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      Posting these cat-cartoons-without-the-cartoon was a long journey that I don’t know if I’ll repeat soon again. A daily blog is tough … even when you have your material handed to you! But, I couldn’t have done it without the artwork … Continue reading →
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Next up: outdoor brooder area

Posted by joeabbott on March 8, 2015

My New Year’s resolution was to do one shop project a month. I have a lot of tools and I continually say things like, “I can make that” or “do you want one of those” to Suzy; and yet I never seem to find time, what with all the hiking, gaming and work! Well, it’s time to make good on some of these promises.

In January I built the brooder for the chicks in our garage; I blogged about it in the Old and New post late January. I also workd on the compost bin/shed area (with Suzy): the retaining wall and rockery area that we just used to put the shed in (post 1, 2, and 3).

In February I did the lion’s share of the shed … I used a day or two into March to finish some of the pieces/parts, but this one kept me busy all month so I’m not begrudging it for counting as my second-month project.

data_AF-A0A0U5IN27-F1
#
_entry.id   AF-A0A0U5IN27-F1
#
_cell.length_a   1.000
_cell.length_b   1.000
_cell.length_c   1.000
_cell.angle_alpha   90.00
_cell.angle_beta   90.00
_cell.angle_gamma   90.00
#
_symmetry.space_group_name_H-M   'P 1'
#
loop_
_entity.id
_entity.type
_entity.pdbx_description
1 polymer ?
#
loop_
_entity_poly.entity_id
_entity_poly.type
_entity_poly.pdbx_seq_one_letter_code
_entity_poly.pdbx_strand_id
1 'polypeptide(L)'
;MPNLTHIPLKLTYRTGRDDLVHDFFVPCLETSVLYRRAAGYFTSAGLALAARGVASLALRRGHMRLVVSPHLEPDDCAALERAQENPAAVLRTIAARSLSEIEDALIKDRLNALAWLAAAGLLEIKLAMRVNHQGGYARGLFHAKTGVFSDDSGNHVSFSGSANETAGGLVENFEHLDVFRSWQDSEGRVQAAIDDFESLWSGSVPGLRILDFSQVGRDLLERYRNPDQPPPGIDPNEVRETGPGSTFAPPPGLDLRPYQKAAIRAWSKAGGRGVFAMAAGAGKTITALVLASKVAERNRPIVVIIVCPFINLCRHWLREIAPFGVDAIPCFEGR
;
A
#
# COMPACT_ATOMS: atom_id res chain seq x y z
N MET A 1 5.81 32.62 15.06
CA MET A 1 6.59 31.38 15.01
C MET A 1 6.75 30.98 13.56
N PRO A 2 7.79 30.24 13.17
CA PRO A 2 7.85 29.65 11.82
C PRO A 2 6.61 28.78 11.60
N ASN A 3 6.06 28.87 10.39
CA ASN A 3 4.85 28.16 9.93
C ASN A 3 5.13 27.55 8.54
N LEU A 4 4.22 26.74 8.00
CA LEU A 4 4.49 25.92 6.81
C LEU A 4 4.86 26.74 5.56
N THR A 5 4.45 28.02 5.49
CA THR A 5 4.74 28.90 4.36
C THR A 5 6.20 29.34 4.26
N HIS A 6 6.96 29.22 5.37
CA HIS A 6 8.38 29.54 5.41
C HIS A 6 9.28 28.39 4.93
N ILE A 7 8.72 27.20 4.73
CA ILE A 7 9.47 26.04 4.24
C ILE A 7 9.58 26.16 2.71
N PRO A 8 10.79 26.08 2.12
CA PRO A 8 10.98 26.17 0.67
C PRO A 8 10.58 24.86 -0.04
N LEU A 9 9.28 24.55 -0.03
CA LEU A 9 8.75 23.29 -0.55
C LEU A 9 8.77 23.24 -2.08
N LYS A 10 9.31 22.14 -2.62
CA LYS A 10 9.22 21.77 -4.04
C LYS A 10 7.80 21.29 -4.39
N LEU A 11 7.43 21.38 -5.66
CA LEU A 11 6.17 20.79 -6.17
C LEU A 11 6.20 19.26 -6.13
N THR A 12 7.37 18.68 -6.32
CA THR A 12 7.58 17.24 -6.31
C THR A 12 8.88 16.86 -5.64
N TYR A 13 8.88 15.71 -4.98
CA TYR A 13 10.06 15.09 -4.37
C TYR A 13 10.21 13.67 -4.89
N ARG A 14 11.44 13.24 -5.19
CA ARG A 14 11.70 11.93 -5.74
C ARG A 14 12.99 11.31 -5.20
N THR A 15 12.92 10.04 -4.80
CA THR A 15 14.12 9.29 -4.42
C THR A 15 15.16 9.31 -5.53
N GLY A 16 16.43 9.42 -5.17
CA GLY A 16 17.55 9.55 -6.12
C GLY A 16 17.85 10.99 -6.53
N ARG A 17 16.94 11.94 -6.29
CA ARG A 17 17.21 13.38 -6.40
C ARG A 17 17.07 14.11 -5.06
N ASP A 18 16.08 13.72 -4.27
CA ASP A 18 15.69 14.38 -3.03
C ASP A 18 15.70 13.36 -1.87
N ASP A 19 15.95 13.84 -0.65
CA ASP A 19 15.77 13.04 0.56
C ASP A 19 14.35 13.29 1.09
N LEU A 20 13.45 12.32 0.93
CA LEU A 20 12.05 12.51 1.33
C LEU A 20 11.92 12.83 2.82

And now that it is March, I’m taking an easy path and saying: done! Well, that is after I completed a project (a small one) yesterday.

While the day was young I headed out to the garage, gathered up some spare wood from the shed project, and whipped out the parts for the outdoor brooder our chicks would use before transitioning into the main coop. I didn’t even have a SketchUp model to build from … all in my head. That’s a reflection of how simple it was, however, and nothing else. <g>

Unfortunately, I didn’t take a single picture while building it or installing it … just a “here it is in the coop” shot. And so, to help visualize what I’m describing, I went into SketchUp and built a model just for this post!

The specs

Suzy and I talked about a few ideas:  everything from using the current brooder we have in the garage to a simple box in the corner. But, none of these ideas were ideal. For one, we like the current brooder enough to want to save it for future chickens; putting it outside will surely take a toll weather-wise. Also, it doesn’t have a bottom so it would have to sit in the sand … making it a sponge for those rainy Seattle days.

Secondly, a simple box wouldn’t have the lasting power we’d need for the potential six weeks the hens will be acclimating outside in the temp coop. Even though they’re moving to a bigger area, we’re sure they’ll consider whatever brooder we put in there as “home base”.

Also, Suzy wanted to make sure it was off the ground and the hens could find shade under it (in the event the sun was directly on the temp coop) and, finally, I wanted at least a three-sided enclosure that we could hang a heating bulb above to create a warm area for our tender little hens.

Not a lot of requirements so, with those in mind, I set out to build something simple but sturdy.

The design and implementation